OBJECTIVE: This systematic review aims to enlighten the current detection tools developing for fatty acids profile authentication analyses of cosmetic ingredients based on the effectiveness, halal status, safety, advantages and disadvantages of the methods.
METHODOLOGY: The data were extracted from the scientific literatures published between October 2015 and 2020 in the Web of Science, Scopus and Google Scholar databases, and analyzed with Preferred Reporting Items for Systematic Reviews and Meta-Analyses (PRISMA).
FINDINGS: Based on the systemic literature reviews, essential oil, argan oil, mineral oil, vegetable oil, and jojoba oil were among the mostly studied ingredients in cosmetics. Furthermore, a combination of more than one analytical instrument was utilized to profile fatty acids while the determination of the origin of the fatty acids is under scrutiny. The portable mass spectrometer combined with a direct inlet membrane (DIM) probe seems to be the best tool in terms of time consumption, cost, requires no sample preparation with high efficiency. The current review showed that the best cosmetic base is when the oil is composed of high concentration of fatty acids such as linoleic, oleic, stearic acid, and palmitic acids with concentration range from 19.7 - 46.30%, which offers various beneficial properties to cosmetic products.
OBJECTIVE: To determine and quantify lard as an adulterant in a binary blend with palm oil in a cosmetic soap formulations by FT-IR and multivariate analysis.
METHODS: Fatty acids in lard, palm oil and binary blends were extracted via liquid-liquid extraction and were subjected to FTIR spectrometry, combined with principal component analysis (PCA) and discriminant analysis (DA) for the classification of lard in cosmetic soap formulations via two DA models: Model A (percentage of lard in cosmetic soap) and Model B (porcine and non-porcine cosmetic soap). Linear regression (MLR), partial least square regression (PLS-R) and principal components regression (PCR) were used to assess the degree of adulteration of lard in the cosmetic soap.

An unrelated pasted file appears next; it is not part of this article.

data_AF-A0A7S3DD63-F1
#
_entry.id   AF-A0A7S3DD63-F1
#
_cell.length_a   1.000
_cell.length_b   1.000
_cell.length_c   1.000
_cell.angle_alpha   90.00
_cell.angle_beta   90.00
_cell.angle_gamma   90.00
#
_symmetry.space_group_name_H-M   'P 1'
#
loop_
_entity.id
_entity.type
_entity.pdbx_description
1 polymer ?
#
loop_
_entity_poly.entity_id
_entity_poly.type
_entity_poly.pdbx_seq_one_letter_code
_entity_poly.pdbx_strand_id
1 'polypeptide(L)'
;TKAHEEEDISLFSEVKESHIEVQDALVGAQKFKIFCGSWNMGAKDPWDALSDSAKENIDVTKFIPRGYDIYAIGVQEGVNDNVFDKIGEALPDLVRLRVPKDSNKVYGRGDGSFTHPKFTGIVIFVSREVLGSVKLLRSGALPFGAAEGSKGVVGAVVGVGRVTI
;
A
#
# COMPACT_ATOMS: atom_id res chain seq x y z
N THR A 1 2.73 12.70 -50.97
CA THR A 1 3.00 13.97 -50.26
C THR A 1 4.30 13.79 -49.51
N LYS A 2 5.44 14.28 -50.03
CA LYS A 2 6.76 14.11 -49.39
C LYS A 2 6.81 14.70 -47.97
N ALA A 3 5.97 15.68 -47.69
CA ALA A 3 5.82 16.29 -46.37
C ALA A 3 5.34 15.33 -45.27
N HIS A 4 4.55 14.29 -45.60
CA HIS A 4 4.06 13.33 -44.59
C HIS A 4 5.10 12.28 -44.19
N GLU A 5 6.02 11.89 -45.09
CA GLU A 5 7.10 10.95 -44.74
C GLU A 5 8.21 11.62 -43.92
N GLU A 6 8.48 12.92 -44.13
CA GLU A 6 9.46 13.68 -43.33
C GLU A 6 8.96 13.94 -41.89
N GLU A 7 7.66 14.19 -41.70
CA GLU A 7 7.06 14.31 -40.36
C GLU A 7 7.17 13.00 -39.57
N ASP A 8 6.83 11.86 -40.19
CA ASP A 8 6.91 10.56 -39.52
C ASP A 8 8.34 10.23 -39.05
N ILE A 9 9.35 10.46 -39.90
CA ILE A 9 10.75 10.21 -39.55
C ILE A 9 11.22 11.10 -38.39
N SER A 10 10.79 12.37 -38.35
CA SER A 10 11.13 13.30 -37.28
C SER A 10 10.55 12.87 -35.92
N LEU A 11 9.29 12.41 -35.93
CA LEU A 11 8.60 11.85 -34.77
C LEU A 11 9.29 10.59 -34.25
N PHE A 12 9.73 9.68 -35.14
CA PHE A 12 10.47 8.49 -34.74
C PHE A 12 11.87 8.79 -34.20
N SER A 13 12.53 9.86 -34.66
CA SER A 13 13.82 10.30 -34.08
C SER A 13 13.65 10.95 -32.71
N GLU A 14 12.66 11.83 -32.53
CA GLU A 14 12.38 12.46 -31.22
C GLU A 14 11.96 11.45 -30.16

FINDINGS: The FTIR spectrum of palm oil slightly differed from that of lard at the wavenumber range of 1453 cm -1 and 1415 cm -1 in palm oil and lard, respectively, indicating the bending vibrations of CH2 and CH3 aliphatic groups and OH carboxyl group respectively. Both of the DA models could accurately classify 100% of cosmetic soap formulations. Nevertheless, less than 100% of verification value was obtained when it was further used to predict the unknown cosmetic soap sample suspected of containing lard or a different percentage of lard. The PCA for Model A and Model B explained a similar cumulative variability (CV) of 92.86% for the whole dataset. MLR and PCR showed the highest determination coefficient (R2) of 0.996, and the lowest relative standard error (RSE) and mean square error (MSE), indicating that both regression models were effective in quantifying the lard adulterant in cosmetic soap.
CONCLUSION: FTIR spectroscopy coupled with chemometrics with DA, PCA and MLR or PCR can be used to analyse the presence of lard and quantify its percentage in cosmetic soap formulations.